The direction, efficiency and management of public spending remain problematic. Public finances and the financial sector are overexposed to risks associated with the oil market. The country’s overall fiscal and external balances were improved only by the fact that oil prices were higher than projected during the period under review. Chad needs to promote non-oil economic growth and diversification, and must attract private investment.

12 | Sustainability

Environmental policy

Ecologically sustainable growth is not treated as an important issue in Chad. The country was ranked 151st out of 163 countries in the 2010 Environmental Performance Index. Due to a lack of sufficient data, the country is not included in the 2012 Index. Some groups within the rural population preserve a traditional awareness of nature; some ecologically sensitive policies have been introduced in connection with oil production in the Doba region. However, pollution in the oil-producing region is serious, and the land is no longer suitable for agriculture. Moreover, exploration serving as a precursor to further oil production by the Chinese National Petroleum Corporation and Canadian Griffith Energy International is not governed by environmental impact assessment requirements or other comparable means. It is feared that Lake Chad, the country’s primary source of water, might be affected. Likewise, the potential environmental impact of the uranium and gold prospecting being undertaken by various international companies in Mayo-Kebbi should be followed closely.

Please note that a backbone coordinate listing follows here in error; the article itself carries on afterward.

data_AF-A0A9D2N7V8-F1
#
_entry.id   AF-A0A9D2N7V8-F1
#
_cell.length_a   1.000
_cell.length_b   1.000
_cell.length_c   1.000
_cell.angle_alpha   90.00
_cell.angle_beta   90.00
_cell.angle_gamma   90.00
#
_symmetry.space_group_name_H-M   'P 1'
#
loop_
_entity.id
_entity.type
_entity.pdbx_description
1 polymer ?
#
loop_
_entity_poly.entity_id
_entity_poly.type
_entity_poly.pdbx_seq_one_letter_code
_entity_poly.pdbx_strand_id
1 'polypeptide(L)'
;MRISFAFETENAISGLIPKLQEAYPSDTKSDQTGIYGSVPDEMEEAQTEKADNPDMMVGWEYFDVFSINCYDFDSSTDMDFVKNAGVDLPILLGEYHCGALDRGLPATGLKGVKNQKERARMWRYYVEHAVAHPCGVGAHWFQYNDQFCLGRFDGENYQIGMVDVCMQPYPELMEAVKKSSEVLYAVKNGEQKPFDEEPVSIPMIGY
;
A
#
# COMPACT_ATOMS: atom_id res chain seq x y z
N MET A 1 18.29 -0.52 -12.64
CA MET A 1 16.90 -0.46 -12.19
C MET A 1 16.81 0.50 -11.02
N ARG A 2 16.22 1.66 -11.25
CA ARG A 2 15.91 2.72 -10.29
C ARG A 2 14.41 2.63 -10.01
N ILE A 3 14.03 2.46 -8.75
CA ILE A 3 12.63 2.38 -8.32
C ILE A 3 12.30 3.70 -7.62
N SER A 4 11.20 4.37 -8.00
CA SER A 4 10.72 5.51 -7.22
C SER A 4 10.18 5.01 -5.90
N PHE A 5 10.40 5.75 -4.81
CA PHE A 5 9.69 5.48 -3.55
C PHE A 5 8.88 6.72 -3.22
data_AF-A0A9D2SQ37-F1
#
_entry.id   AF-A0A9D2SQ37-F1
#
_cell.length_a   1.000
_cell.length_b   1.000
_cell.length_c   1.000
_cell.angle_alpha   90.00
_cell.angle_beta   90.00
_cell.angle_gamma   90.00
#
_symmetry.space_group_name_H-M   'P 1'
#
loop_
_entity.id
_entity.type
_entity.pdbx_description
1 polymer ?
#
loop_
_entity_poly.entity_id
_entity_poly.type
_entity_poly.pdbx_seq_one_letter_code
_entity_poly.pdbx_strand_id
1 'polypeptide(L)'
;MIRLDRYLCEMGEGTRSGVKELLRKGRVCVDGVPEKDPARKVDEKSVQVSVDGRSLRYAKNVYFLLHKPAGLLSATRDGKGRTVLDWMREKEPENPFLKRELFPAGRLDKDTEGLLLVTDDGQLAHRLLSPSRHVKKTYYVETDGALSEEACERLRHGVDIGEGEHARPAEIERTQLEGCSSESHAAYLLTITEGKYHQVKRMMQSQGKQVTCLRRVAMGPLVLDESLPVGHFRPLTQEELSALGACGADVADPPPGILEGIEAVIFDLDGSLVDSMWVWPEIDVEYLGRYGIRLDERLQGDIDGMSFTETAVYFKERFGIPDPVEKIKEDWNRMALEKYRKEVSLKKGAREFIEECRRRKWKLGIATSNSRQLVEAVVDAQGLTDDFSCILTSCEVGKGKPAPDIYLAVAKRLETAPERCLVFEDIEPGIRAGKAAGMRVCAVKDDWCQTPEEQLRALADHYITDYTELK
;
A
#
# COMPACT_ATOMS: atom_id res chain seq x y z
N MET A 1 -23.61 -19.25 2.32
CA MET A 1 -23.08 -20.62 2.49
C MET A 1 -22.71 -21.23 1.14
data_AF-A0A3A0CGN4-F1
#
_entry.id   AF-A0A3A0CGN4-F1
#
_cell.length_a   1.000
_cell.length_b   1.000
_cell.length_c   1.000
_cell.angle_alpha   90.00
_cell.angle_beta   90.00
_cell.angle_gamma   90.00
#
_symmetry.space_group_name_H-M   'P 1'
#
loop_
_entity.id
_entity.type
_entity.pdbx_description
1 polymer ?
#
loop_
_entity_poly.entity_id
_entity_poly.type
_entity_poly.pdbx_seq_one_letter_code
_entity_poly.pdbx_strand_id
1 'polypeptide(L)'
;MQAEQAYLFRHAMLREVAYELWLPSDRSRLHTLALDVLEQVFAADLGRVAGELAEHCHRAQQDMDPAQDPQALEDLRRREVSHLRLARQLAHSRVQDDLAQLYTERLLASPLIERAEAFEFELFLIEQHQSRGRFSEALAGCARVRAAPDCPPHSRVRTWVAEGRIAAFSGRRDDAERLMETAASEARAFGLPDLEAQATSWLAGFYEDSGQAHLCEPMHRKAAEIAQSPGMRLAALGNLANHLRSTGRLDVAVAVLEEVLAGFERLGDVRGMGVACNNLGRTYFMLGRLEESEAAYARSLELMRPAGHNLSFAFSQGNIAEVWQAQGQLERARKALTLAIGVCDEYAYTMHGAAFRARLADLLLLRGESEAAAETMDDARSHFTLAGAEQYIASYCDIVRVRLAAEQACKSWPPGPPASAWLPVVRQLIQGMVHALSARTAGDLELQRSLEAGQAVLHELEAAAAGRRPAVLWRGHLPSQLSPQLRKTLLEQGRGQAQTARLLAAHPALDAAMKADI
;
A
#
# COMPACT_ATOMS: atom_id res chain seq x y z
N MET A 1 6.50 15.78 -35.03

In June 2012, the minister of public security and immigration prohibited access to the river Chari in N’Djamena for environmental reasons, thus forbidding people to wash clothes, fish, water animals or grow vegetables using the river’s water. This ministerial order has to be seen as a political response rather than as a solution to environmental issues.

Chad has yet to find an effective means of countering the key ecological problem of environmental degradation caused by deforestation and charcoal burning. A ban on the use of charcoal in the capital in January 2009 only intensified corruption and increased prices on the population’s primary means of cooking and heating water rather than stopping the use of charcoal. The use of plastic bags was forbidden in N’Djamena in 2010, a stricture that is still respected today. However, the two bans represent isolated measures rather than a coherent framework for environmental protection, and are unlikely to contribute to the solution of major environmental challenges. Among those other vital issues, the falling level of Lake Chad has prompted national and international concern. Over the course of the last 50 years, the lake’s surface area has shrunk from 20,000 to just 2,000 square kilometers. President Déby emphasized the importance of Lake Chad for the survival of the whole region at the World Water Forum in Marseille on 16 March 2012.